Above: Toby (bearded, on right) with Coatesy on the People’s Vote demo
Toby Abse is an affable cove and a very sincere, independent-minded, leftwing comrade. So it’s long been a bit of a mystery why he writes for the nasty little CPGB sect’s Weekly Worker reg (mainly on what seems to be his specialist subject, Italy). Toby’s also firmly on the anti-Brexit left, which the Weekly Worker increasingly isn’t. The following letter appears in the present issue:
Eddie Ford’s reporting of the October 20 demo and the Brexit debate in general seemed to be moving away from your allegedly neutralist/abstentionist, ‘working class independence’ position towards support for a hard Brexit of the kind favoured by the Communist Party of Britain/Morning Star (‘Establishment fights back’, October 25).
By describing what he calls ‘Brino’ (‘Brexit in name only’) as “the worst of all worlds”, he implies that what is popularly described as the ‘Norway’ option (ie, soft Brexit) is worse than the hard ‘Canada’ option or the very hard ‘No deal’ favoured by Jacob Rees-Mogg, etc.
He contemptuously described the People’s Vote march as “essentially a gathering of liberals – a demonstration in defence of the status quo”. It is, to say the least, interesting that The Socialist, whose avowed stance is for a “socialist Brexit”, took a much more sympathetic view of the mass of participants on the march, as opposed to what they rightly call “the capitalist politicians who headed it”, pointing out that “some were marching to show their internationalism and opposition to the ‘Little Englander’ Tory hard Brexiteers, others because of worries about job losses and economic dislocation”.
Whilst I regard the SP’s belief in the possibility of a “socialist Brexit” as delusional, they are correct in saying that “No Brexit negotiated by the Tories will be in the interests of the majority” – a much clearer stance than that taken in recent Weekly Worker articles, whose fire has been entirely concentrated on ‘left remainers’. Given the current miniscule size of the Marxist left in the UK and the sharp decline in the number of trade unionists in recent decades, any very large demonstration in London (with the possible exception of the TUC-sponsored March for the Alternative in 2011) is bound to include many people who you might sarcastically choose to characterise as “liberals”, but, significantly, you did not choose to dismiss the February 2003 demo against the Iraq war, or more recent large demos in defence of the NHS, in this way.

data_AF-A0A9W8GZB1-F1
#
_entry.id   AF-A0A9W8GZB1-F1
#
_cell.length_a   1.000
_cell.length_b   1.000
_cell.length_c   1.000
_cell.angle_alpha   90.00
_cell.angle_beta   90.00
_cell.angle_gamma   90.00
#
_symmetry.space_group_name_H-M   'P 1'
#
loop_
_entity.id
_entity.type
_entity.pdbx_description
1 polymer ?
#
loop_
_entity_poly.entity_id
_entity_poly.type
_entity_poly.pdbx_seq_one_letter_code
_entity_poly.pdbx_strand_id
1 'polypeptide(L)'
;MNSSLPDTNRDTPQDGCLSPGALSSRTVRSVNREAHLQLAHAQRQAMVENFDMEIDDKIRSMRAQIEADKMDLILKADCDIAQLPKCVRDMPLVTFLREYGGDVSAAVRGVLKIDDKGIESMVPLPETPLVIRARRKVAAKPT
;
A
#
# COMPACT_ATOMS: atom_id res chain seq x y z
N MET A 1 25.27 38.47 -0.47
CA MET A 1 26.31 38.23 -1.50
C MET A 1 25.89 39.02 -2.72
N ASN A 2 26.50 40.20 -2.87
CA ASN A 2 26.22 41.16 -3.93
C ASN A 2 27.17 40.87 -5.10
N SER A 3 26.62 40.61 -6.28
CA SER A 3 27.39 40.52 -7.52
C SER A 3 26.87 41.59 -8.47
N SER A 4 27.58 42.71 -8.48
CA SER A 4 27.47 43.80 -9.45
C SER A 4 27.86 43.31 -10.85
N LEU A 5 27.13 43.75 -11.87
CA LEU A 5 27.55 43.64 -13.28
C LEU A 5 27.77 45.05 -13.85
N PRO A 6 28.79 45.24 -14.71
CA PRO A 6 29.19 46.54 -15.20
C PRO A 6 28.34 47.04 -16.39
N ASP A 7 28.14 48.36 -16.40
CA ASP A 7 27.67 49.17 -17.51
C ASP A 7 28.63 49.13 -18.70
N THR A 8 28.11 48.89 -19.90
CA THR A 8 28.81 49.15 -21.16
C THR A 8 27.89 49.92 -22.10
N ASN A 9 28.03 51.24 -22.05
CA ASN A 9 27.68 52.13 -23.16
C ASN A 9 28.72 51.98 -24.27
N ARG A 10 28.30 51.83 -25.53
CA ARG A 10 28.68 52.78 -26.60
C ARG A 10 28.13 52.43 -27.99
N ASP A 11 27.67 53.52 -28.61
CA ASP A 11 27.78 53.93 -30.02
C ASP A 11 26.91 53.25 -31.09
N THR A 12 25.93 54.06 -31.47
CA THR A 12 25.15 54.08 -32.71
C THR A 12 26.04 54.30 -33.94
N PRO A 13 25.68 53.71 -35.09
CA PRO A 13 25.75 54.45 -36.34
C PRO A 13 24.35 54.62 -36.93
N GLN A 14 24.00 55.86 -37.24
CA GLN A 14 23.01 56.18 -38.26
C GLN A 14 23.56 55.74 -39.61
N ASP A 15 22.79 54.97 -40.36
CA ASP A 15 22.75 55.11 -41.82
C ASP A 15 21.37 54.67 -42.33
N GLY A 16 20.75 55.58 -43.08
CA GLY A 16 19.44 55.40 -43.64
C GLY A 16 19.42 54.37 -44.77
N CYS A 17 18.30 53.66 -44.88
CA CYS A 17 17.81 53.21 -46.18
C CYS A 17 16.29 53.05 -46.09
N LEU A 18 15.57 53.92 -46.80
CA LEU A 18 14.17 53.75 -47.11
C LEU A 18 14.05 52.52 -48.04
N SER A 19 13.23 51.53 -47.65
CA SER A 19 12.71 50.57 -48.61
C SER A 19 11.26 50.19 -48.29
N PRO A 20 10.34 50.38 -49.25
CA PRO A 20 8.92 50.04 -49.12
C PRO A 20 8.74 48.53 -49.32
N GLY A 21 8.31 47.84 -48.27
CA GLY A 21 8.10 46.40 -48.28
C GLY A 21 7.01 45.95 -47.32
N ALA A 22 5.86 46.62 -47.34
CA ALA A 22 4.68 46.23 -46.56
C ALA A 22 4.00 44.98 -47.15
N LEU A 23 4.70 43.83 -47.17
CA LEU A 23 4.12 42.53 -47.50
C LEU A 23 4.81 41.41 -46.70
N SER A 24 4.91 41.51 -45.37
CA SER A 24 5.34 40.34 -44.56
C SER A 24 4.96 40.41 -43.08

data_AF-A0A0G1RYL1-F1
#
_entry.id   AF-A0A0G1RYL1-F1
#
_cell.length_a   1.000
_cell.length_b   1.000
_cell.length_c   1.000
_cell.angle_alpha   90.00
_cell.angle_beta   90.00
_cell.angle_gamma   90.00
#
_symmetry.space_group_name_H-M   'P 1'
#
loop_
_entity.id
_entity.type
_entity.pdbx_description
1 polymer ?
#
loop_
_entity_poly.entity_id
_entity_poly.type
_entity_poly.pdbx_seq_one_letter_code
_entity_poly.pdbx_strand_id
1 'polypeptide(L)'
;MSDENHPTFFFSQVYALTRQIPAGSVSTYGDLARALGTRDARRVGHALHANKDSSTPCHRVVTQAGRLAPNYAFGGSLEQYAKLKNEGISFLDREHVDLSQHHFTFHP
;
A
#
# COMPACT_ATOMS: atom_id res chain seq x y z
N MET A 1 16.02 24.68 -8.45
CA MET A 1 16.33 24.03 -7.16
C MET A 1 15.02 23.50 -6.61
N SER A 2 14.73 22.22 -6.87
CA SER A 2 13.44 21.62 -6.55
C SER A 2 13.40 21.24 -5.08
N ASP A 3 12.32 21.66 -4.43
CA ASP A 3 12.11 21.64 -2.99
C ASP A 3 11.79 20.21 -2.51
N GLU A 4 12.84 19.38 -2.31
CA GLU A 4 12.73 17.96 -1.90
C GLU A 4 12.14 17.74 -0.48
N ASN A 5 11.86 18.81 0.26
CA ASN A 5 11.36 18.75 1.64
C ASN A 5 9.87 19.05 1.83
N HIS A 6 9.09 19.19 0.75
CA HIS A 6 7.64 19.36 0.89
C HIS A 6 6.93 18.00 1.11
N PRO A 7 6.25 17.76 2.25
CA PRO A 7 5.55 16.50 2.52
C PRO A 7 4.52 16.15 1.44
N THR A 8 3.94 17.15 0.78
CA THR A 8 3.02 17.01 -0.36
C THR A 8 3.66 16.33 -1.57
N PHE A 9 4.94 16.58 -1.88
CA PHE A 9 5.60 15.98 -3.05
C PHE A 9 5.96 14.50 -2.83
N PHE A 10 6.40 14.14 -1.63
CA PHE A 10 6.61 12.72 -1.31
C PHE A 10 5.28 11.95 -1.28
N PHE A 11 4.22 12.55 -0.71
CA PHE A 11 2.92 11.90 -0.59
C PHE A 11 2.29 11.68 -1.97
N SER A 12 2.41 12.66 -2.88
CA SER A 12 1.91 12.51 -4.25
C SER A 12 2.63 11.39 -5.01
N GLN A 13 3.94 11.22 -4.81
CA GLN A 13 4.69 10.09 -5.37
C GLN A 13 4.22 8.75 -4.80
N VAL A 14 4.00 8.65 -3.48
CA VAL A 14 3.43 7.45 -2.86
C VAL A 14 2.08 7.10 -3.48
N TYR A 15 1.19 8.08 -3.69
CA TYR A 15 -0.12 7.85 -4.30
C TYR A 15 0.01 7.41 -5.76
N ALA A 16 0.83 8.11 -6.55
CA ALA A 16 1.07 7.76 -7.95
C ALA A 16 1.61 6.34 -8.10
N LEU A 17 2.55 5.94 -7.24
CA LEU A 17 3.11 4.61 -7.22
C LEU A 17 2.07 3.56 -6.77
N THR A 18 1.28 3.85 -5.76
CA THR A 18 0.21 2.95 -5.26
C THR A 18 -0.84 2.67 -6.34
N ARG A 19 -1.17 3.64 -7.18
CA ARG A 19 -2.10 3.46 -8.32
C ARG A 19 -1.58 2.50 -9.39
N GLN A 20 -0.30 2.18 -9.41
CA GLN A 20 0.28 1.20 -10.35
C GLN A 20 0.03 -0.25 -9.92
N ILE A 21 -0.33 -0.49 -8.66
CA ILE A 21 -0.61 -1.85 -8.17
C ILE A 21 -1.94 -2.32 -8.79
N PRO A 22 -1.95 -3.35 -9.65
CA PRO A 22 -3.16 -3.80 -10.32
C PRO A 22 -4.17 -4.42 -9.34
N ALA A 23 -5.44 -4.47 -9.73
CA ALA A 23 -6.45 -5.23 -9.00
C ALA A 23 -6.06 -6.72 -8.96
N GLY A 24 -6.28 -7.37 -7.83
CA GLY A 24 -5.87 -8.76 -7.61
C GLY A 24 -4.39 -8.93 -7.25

I would also like to point out that the speaking tour promoted by the AWL was entitled ‘The left against Brexit’, not ‘The left for Europe’, as comrade Ford carelessly claimed – this is not nit-picking, since the actual title had a clearer, more activist focus that did not imply either uncritical support for the EU or nebulous visions of ‘Europe’. His assertion that “there is nothing leftwing about Another Europe is Possible” is outrageous. As somebody who marched with their bloc on October 20, I would point out that the group were carrying red flags, not EU flags, chanted pro-migrant slogans, as well as anti-Blair and anti-Clegg slogans, at various times sang the Internationale, the Red Flag and Bandiera Rossa and, because many of them were wearing ‘Love Corbyn, hate Brexit’ T-shirts, got quite a lot of anti-Corbyn abuse from Lib Dems (and/or Blairites).
I would add that the Europe for the Many conference on October 26-27, organised by Another Europe is Possible, was predominantly “leftwing” in terms of both speakers and attendees – most of those I spoke to were Corbynite members of the Labour Party, and there were some interventions from the floor by members of Left Unity and Socialist Resistance.
Doubtless, what seems to be an obsessive emphasis on George Soros in recent Weekly Worker articles on Brexit is not intended as an endorsement of Ian Donovan’s more bizarre theories, but surely you are aware how central Soros has become to the rhetoric of Viktor Orbán and Matteo Salvini, and indeed to the actions of the Trumpite US terrorist bomber? A number of other wealthy businessmen have subsidised various ‘remain’ campaigns, and the sources of ‘leave’ finances are even murkier – Arron Banks’s funding of Trade Unionists against the EU is merely the tip of the iceberg – so a little sense of perspective is in order here if you wish to keep your distance from the conspiracy theories of far-right Brexiteers.
Finally, your continuing use of the front-page strapline, “Towards a Communist Party of the European Union”, seems to contradict your current position on Brexit – I can’t be the only reader puzzled by this apparent lack of coherence.